LUBBOCK, Texas — Lubbock City Council on Tuesday voted unanimously to change its standard meeting time to 2:00 p.m.
The city argues the current meeting time of 4:30 p.m. burdens the staff and costs overtime pay.
“What we’ve done is we’ve put our staff in a position where they’re here until 7, 8 o’clock, or until midnight, and we typically don’t have any citizens here to hear what they have to say,” Mayor Tray Payne said.
Citizens speaking on the resolution raised concerns over transparency and accessibility, worrying an earlier meeting time will exclude residents who work during the day.
“If we were going to change the time it should be later,” Communications Chair of Lubbock Compact and former mayoral candidate Adam Hernandez said. “Tray, on the campaign trail quite a lot, you talked about citizen engagement and you talked about transparency.”
Hernandez also said, “Should the people trust a mayor who is moving like this? I consider you to move a different way and go back to what you were talking about on the campaign trail and include the citizens from the very beginning.”
Resident Josh Shingles said, “I hope that I am mistaken and that this council’s intent is to honor their word and create a meeting and work schedule that would facilitate engagement of teachers, food service workers, caregivers, blue-collar laborers, and the rest of our neighbors that require the access to them the most.”
The council has met every other Tuesday at 4:30 p.m. since January 2019. A resolution on the June 28 consent agenda was set to change it. Consent agenda items are passed under unanimous consent without discussion or formal vote.
Residents also criticized the placement of this change on the consent agenda under language they considered vague.
Mayor Payne pushed back on that criticism, explaining this measure has been on previous agendas that were not met with public comments.
“We did not have to put this on tonight’s agenda. We could have just made this happen because that’s how the rules allow it. So if we’re trying to be underhanded or shady or whatever other words people want to use – not transparent – then we could have just said meetings are at 2:00 o’clock. But we didn’t do that. We had an open hearing about it, we discussed it openly, and then we came back today to say this is an idea.”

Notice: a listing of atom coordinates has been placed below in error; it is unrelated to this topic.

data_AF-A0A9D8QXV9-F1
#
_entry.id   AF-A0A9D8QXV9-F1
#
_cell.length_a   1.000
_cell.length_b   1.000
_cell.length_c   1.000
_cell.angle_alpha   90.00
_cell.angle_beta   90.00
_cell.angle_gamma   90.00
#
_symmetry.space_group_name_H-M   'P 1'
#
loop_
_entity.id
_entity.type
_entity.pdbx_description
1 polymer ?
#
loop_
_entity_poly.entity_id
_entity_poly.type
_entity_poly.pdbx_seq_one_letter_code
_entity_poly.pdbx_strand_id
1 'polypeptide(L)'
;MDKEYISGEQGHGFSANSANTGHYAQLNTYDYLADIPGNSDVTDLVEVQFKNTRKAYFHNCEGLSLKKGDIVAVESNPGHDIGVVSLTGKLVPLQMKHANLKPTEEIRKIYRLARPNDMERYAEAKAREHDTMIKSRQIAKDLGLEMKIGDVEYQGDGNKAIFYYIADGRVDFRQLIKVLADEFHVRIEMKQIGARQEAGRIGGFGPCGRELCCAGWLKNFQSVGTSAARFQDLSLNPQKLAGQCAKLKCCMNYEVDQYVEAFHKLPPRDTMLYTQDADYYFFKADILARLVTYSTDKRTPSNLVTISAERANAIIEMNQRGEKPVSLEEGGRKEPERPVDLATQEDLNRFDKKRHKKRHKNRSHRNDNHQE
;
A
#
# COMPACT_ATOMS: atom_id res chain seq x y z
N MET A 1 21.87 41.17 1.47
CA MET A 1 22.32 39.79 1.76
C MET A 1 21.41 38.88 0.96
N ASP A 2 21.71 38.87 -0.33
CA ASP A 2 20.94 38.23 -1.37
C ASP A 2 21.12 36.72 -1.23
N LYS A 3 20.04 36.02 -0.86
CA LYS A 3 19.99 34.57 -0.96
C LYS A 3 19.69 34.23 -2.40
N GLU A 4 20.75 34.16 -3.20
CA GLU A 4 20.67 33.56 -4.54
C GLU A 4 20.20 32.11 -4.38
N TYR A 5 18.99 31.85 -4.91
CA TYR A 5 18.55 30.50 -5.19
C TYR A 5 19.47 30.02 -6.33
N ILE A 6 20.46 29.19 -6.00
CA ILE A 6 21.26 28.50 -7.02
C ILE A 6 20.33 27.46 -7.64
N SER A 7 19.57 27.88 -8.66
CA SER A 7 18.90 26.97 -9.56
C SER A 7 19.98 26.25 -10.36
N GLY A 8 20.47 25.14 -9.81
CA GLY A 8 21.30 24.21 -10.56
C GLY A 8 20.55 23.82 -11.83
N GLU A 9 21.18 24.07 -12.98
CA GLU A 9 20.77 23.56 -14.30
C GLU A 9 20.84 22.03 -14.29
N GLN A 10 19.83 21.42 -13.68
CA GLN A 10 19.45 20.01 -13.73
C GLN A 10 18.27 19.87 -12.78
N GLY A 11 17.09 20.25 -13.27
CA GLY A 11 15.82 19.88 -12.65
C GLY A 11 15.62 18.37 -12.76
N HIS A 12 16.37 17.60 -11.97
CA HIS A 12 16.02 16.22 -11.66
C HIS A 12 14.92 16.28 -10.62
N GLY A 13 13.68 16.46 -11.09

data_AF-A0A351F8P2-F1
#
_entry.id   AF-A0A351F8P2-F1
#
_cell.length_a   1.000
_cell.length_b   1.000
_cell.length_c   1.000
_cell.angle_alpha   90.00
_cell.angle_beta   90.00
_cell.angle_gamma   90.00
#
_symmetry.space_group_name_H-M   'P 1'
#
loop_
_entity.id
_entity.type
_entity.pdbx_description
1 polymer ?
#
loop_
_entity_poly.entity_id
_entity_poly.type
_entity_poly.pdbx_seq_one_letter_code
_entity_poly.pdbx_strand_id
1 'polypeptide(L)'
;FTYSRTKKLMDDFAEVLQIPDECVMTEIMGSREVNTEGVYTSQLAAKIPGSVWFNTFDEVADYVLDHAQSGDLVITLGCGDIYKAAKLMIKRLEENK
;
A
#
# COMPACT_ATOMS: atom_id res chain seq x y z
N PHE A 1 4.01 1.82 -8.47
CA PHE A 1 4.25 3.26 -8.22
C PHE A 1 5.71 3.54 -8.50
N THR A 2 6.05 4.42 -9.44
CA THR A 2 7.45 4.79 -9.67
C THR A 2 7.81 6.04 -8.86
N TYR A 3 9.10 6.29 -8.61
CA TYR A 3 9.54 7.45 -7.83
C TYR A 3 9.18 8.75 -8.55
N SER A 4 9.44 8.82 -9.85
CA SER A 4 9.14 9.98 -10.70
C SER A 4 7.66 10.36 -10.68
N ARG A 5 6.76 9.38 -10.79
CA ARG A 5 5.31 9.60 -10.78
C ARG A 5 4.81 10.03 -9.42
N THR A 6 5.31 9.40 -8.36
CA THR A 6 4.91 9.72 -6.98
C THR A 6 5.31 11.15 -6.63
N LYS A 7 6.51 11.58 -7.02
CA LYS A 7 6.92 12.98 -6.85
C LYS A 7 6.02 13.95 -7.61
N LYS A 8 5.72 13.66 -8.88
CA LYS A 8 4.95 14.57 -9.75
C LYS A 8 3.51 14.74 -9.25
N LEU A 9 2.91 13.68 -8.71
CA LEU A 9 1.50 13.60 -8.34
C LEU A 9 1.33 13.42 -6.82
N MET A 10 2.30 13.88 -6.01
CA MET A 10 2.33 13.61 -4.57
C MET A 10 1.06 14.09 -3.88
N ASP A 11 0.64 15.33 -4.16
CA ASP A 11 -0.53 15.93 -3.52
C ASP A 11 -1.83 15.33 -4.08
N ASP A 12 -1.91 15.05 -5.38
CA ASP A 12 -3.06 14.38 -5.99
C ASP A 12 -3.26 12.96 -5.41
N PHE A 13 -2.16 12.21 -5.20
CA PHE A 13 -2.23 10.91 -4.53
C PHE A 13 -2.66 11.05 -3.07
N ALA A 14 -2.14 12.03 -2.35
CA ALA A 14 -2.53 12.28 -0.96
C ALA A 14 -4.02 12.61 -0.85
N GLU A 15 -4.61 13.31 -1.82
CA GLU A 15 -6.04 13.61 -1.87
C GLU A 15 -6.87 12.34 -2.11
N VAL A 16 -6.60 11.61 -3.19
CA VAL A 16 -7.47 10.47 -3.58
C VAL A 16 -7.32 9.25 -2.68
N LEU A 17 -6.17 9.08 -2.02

Following public criticism from five residents, Mayor Payne moved to table votes on the consent agenda. The measure ultimately passed as the last item of the day just after 7:30 p.m. — a relatively late adjournment that council members hope to avoid in the future, while still stressing the value they place on citizen engagement.
“We are available by email, by mail, personal meeting,” District 5 Councilwoman Jennifer Wilson said. “I have met people at Market Street. I’ve gone out to citizens’ houses. That’s where I engage with my voters from my district who have concerns, not at this podium. I want them to come up here to make comments, but we can make change in other places.”
Wilson also said, “If this change is not for the betterment of the city and the citizens aren’t happy, we always look at change.”
“I’ve only been on the council about a month, and my email fills up every day with comments,” District 3 Councilman Mark McBrayer said. “I would love to see more people participate, but we’ve got to try some different methods, different times.”
“In COVID, we saw other opportunities of engaging the public,” District 1 Councilwoman Christy Martinez-Garcia said. “We also allow citizens to have comment time by email. These folks, as employees, have been here since 8:00 a.m. And these are our highest-paid staff members that can be doing very good work conducting city business during business hours. I’m sure they would love to be having dinner with their family.”
“You will not make everybody happy, I don’t care what you do,” District 6 Councilwoman Latrelle Joy said. “I do want our citizens to have the opportunity to speak with us when they need to, and they don’t need to every time.”
“I hear your concerns. The last thing I would ever support is something that would decrease access to your city government,” District 2 councilman Steve Massengale said. “If 2:00 pm doesn’t work, maybe an 8:00 am one time a month and a later meeting another time of the month works. Maybe you can make everybody happy with that. But there are a lot of ways to access us.”
“We have an opportunity to see if this makes a difference,” Mayor Payne concluded. “And if it doesn’t, I’ll give it to you and go ‘alright, let’s go back.'”